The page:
Constructing domestic retrofit as a new urban infrastructure: experimentation, equitability and contested priorities

Ince, Rebecca and Marvin, Simon (2019). Constructing domestic retrofit as a new urban infrastructure: experimentation, equitability and contested priorities. Local Environment, 24(9) pp. 825–842.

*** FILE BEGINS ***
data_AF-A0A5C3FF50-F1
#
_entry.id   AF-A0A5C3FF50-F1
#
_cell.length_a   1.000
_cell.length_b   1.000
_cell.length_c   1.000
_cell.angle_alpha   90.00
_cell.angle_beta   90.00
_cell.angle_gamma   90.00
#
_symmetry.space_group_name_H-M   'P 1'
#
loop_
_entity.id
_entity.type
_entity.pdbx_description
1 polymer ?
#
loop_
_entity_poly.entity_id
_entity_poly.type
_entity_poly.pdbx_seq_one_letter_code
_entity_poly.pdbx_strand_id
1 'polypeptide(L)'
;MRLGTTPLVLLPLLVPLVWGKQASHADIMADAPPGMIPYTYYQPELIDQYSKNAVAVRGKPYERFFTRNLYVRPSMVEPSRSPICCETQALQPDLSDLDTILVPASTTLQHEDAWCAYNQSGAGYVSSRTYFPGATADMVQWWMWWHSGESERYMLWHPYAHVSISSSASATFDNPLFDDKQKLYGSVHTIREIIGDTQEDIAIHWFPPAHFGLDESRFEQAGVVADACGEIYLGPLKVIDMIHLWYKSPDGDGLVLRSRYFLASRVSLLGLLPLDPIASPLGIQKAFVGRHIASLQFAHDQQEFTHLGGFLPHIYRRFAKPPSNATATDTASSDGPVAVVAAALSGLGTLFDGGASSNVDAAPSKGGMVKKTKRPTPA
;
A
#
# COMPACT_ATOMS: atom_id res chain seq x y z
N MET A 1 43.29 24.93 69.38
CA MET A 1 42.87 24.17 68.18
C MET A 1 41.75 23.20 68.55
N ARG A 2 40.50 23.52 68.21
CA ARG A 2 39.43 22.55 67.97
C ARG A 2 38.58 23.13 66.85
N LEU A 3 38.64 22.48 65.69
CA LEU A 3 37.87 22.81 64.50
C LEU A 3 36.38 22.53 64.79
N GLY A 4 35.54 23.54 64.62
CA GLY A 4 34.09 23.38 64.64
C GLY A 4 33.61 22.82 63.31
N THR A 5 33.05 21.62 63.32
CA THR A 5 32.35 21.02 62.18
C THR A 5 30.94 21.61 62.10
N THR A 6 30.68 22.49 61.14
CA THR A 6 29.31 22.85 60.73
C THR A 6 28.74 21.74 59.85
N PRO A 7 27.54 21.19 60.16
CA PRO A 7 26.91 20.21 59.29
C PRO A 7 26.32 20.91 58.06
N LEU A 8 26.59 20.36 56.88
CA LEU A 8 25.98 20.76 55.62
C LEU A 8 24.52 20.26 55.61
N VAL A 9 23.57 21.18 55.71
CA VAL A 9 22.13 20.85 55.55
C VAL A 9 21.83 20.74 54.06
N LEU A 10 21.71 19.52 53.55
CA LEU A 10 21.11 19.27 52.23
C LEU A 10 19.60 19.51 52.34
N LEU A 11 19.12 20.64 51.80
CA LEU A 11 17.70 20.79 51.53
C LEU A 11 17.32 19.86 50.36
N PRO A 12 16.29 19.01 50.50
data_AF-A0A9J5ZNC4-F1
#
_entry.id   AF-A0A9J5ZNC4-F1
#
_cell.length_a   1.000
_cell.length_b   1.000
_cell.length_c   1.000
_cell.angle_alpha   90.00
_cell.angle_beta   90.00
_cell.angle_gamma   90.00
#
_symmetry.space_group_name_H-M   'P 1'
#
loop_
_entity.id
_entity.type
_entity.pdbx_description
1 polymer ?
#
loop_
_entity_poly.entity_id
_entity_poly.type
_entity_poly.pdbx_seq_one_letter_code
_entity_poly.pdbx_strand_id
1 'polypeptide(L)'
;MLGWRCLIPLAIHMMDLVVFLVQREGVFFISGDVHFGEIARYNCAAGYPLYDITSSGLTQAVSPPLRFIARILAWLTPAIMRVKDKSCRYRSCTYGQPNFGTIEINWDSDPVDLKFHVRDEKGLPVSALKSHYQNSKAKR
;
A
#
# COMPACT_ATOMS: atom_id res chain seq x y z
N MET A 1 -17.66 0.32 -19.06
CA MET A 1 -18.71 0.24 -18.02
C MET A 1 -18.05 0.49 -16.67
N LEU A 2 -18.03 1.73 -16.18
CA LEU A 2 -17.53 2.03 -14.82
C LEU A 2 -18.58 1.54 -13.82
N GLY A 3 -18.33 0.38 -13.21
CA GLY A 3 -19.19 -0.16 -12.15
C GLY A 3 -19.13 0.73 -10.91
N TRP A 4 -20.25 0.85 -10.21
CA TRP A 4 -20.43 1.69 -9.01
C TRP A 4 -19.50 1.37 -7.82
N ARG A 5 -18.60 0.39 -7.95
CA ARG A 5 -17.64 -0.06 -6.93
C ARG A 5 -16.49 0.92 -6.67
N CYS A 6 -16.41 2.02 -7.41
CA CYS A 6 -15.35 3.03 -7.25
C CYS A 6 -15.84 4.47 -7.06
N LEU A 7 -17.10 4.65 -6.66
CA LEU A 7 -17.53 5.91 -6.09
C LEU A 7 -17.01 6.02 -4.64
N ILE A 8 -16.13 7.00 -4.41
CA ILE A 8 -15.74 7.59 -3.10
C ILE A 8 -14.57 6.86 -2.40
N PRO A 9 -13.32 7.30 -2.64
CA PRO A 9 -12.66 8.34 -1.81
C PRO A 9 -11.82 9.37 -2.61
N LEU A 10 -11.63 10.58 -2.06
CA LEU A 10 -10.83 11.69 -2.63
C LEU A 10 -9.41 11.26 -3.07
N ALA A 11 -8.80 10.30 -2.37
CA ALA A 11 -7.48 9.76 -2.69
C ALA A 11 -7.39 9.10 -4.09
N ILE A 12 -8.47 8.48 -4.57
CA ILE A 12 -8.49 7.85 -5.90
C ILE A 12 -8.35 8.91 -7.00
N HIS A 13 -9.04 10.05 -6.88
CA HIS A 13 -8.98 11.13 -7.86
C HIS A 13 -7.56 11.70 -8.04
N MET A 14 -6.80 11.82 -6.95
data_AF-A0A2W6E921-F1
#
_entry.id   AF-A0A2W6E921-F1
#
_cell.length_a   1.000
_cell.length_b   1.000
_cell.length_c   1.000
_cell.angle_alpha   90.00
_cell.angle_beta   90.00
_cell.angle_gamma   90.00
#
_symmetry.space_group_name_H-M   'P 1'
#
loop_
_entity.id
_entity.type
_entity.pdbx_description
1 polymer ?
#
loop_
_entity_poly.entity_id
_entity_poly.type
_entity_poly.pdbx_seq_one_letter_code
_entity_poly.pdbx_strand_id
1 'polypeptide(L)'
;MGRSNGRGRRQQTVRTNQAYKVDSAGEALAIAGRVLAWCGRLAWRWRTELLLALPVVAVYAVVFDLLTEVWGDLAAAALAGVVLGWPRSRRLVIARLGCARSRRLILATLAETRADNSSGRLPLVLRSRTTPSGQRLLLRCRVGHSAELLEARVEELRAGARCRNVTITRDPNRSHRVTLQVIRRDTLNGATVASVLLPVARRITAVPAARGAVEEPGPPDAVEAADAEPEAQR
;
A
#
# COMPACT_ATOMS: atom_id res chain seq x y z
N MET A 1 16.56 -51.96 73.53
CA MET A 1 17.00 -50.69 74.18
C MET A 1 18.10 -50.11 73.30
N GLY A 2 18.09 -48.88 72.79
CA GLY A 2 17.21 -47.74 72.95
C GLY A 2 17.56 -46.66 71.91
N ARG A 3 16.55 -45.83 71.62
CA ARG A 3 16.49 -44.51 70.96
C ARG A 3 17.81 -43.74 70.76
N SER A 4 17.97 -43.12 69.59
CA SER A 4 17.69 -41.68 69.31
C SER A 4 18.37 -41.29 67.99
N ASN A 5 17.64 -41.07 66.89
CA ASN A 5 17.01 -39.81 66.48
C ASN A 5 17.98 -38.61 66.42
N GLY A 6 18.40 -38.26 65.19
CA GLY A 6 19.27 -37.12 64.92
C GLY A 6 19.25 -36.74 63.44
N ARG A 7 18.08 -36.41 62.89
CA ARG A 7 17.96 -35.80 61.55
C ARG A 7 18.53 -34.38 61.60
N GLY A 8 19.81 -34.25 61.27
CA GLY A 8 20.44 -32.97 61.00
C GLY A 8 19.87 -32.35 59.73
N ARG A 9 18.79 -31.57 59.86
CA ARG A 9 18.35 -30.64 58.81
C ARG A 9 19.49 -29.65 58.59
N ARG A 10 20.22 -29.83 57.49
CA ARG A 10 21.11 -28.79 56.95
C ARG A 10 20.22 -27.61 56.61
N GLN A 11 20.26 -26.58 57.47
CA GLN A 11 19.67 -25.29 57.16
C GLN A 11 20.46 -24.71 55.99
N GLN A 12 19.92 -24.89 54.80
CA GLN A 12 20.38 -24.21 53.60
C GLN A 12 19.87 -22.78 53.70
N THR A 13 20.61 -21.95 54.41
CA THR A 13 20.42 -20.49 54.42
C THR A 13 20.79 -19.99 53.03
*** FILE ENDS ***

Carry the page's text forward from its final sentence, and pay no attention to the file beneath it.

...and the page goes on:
British cities and residential suburbs were originally developed under a modernist growth logic: separating home from work, with little concern for energy use. But recent political and social priorities such as climate change and energy security have created an imperative to reduce domestic energy use, with many existing dwellings rendered “obsolete” on account of their poor energy efficiency. This precipitated a need to develop domestic retrofit – the modification of building fabrics and systems to improve their energy efficiency – as an urban infrastructure. The UK Government responded in 2011 with policies such as the “Green Deal”, through which coalitions of actors in cities including local authorities, voluntary sector organisations and private businesses were encouraged to experiment with place-based retrofit. This paper examines the challenges and effects of developing a domestic retrofit infrastructure in a North London borough under particularly challenging policy conditions. We develop a hybrid framework for understanding the process and product of this place-based experimentation and through this we ask two questions: 1. How did both local and national conditions enable and limit the development of this infrastructure? 2. Was the emerging urban infrastructure functional and equitable? In Haringey’s case, a strong local political agenda positioned retrofit as a development opportunity and vehicle for reducing inequality, but national priorities around market-making and technological fixes dominated emerging responses. Whilst Haringey’s efforts in a difficult policy context did result in retrofits and improvements to around a thousand properties, the emerging infrastructure of retrofit services was incomplete, inequitable and temporary.

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